When a friend calls to ask if I want to join her for a walk around the block with our dogs, I beg off. She’s caught me in the car running errands. A walk means switching gears and slowing down. It means not taking a yellow highlighter and crossing off a few more items on my long to-do list.
It’s only when I exit the grocery store do I realize how truly gorgeous the weather is. It’s an unexpected gift after the last week of near freezing temperatures and I’d be crazy to pass up the chance to spend time outside on a day like today. A chance to spend time with a friend is a gift equally as precious.
The two of us turn up Zig Zag, a busy street with wide brick-lined sidewalks that connects several neighborhoods in our town. Across the street, a little white dog steps closer to the road when he sees us approach.
Cars zoom past in the late afternoon rush of wanting to get home. The dog bounces towards us, wildly wagging its tail, just as a car zips past. Dogs were never ones to look both ways before crossing the street.
Another car approaches from the other direction and shows no indication of stopping. I put up my hand, a skill learned in my long-ago safety patrol days. Hold up, it says. Stop right there.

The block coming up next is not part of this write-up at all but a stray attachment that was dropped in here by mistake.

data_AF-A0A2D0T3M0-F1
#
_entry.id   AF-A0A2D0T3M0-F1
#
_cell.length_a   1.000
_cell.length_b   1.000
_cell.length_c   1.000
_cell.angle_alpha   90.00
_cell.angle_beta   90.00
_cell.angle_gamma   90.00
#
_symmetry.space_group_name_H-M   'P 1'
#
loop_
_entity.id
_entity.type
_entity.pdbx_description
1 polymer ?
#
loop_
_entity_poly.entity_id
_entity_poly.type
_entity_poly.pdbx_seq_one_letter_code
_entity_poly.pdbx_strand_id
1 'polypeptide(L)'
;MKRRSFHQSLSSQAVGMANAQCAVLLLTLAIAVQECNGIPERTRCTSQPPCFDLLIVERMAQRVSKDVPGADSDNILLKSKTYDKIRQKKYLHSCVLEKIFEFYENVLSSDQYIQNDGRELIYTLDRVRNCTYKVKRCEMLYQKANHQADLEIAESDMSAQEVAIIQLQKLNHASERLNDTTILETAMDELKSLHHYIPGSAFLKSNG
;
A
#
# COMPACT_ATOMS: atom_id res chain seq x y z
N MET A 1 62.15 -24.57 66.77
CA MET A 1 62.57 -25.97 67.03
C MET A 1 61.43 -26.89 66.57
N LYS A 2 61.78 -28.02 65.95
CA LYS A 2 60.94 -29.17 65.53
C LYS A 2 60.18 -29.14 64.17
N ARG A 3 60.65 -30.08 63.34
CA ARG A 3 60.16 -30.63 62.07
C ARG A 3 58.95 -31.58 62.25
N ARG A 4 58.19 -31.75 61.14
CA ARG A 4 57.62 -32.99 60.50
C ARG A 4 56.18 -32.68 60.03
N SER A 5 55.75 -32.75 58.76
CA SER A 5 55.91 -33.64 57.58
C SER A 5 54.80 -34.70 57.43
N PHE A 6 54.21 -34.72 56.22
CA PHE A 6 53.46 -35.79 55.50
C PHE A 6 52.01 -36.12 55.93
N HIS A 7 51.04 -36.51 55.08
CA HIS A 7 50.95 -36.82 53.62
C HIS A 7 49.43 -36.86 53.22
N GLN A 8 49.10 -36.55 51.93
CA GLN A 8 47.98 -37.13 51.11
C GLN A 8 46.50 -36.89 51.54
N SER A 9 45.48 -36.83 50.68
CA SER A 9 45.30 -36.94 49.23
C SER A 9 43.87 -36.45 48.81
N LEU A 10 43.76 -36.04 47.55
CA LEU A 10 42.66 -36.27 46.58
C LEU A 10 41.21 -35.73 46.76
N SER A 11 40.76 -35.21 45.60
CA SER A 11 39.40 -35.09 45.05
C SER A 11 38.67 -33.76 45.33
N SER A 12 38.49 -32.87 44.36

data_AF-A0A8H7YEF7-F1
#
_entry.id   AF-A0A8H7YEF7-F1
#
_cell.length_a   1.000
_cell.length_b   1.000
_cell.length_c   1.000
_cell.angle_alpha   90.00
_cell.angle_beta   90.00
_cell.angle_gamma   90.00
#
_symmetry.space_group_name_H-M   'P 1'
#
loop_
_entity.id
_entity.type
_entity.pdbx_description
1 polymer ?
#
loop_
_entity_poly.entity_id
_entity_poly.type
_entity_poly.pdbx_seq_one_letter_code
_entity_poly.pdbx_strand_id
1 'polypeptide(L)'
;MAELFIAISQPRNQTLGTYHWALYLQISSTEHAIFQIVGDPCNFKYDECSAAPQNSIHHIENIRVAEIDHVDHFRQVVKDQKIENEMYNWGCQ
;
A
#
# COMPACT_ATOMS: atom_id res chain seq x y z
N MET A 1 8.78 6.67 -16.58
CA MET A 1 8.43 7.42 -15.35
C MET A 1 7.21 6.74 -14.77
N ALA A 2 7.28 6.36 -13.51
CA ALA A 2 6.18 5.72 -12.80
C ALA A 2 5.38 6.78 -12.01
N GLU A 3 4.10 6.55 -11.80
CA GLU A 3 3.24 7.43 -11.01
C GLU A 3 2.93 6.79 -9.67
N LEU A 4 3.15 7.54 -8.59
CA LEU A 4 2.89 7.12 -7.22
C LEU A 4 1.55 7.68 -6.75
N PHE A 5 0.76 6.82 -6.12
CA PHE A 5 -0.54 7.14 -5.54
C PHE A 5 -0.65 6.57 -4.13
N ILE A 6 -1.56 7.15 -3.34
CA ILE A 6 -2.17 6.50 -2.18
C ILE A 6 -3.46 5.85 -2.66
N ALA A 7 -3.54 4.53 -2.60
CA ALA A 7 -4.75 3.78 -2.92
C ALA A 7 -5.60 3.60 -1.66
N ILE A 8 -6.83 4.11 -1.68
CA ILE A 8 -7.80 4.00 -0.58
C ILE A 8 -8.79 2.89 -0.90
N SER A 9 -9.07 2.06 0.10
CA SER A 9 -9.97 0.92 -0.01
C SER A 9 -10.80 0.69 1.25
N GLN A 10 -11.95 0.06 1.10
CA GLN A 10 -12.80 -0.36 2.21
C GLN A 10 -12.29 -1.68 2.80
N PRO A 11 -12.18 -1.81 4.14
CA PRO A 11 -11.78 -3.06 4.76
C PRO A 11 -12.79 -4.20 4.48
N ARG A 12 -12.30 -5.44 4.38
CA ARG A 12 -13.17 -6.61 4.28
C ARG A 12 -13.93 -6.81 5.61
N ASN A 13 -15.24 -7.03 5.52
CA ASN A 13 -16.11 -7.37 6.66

I run into the road and hook my finger into the dog’s collar. In the excitement, my two dogs jump and tangle their leashes around my legs and threaten to bring us all down. Cars now stop in both directions. We all shuffle across the street back to the safety of the sidewalk.
“Is there a tag?” my friend asks. I feel around the collar but don’t find a tag.
“No, but do you think it belongs to that house?” I point directly across the street.
Again, bent over, holding a collar and struggling with the tangle of leashes, the three dogs and I stumble towards the door.
The white dog pulls against his collar. I worry he’ll break free and run back towards the road.
Ring. Ring. Knock. Knock. An older gentleman answers the door with “how did she get out?” before I utter a word.
“Oh, good. She’s yours?”
He picks her up and carries her into the house, tossing explanations of broken fences and open gates over his shoulder. Anyone who’s seen me chase my dogs through our neighborhood knows I’m not one to judge.